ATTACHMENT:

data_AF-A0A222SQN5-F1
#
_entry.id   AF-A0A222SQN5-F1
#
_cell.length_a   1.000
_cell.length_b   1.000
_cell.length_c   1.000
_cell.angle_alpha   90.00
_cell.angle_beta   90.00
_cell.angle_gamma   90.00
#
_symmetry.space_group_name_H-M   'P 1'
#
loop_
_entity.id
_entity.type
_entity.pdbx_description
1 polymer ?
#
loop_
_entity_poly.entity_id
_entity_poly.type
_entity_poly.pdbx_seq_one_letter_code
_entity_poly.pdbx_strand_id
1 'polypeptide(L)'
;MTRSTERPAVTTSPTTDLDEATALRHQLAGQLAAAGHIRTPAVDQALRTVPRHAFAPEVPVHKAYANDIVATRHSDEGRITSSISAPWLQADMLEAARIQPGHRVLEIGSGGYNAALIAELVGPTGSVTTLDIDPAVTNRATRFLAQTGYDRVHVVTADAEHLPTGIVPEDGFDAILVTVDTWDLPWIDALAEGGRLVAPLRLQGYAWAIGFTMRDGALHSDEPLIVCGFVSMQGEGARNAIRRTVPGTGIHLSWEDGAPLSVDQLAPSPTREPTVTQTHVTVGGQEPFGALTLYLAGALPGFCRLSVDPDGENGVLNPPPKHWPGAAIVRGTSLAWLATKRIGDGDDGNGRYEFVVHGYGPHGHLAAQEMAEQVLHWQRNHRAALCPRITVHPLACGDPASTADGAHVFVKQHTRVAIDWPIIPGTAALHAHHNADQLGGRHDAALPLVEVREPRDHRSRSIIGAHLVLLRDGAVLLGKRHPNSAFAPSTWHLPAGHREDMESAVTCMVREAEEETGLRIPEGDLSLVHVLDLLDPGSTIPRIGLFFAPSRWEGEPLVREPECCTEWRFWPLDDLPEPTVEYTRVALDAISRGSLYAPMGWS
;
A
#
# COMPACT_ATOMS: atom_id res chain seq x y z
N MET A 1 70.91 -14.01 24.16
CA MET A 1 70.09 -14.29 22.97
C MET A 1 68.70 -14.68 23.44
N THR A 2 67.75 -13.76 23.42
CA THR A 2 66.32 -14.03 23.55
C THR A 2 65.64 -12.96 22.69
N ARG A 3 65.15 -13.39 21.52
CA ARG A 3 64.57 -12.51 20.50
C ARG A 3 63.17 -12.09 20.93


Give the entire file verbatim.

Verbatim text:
data_AF-A0A222SQN5-F1
#
_entry.id   AF-A0A222SQN5-F1
#
_cell.length_a   1.000
_cell.length_b   1.000
_cell.length_c   1.000
_cell.angle_alpha   90.00
_cell.angle_beta   90.00
_cell.angle_gamma   90.00
#
_symmetry.space_group_name_H-M   'P 1'
#
loop_
_entity.id
_entity.type
_entity.pdbx_description
1 polymer ?
#
loop_
_entity_poly.entity_id
_entity_poly.type
_entity_poly.pdbx_seq_one_letter_code
_entity_poly.pdbx_strand_id
1 'polypeptide(L)'
;MTRSTERPAVTTSPTTDLDEATALRHQLAGQLAAAGHIRTPAVDQALRTVPRHAFAPEVPVHKAYANDIVATRHSDEGRITSSISAPWLQADMLEAARIQPGHRVLEIGSGGYNAALIAELVGPTGSVTTLDIDPAVTNRATRFLAQTGYDRVHVVTADAEHLPTGIVPEDGFDAILVTVDTWDLPWIDALAEGGRLVAPLRLQGYAWAIGFTMRDGALHSDEPLIVCGFVSMQGEGARNAIRRTVPGTGIHLSWEDGAPLSVDQLAPSPTREPTVTQTHVTVGGQEPFGALTLYLAGALPGFCRLSVDPDGENGVLNPPPKHWPGAAIVRGTSLAWLATKRIGDGDDGNGRYEFVVHGYGPHGHLAAQEMAEQVLHWQRNHRAALCPRITVHPLACGDPASTADGAHVFVKQHTRVAIDWPIIPGTAALHAHHNADQLGGRHDAALPLVEVREPRDHRSRSIIGAHLVLLRDGAVLLGKRHPNSAFAPSTWHLPAGHREDMESAVTCMVREAEEETGLRIPEGDLSLVHVLDLLDPGSTIPRIGLFFAPSRWEGEPLVREPECCTEWRFWPLDDLPEPTVEYTRVALDAISRGSLYAPMGWS
;
A
#
# COMPACT_ATOMS: atom_id res chain seq x y z
N MET A 1 70.91 -14.01 24.16
CA MET A 1 70.09 -14.29 22.97
C MET A 1 68.70 -14.68 23.44
N THR A 2 67.75 -13.76 23.42
CA THR A 2 66.32 -14.03 23.55
C THR A 2 65.64 -12.96 22.69
N ARG A 3 65.15 -13.39 21.52
CA ARG A 3 64.57 -12.51 20.50
C ARG A 3 63.17 -12.09 20.93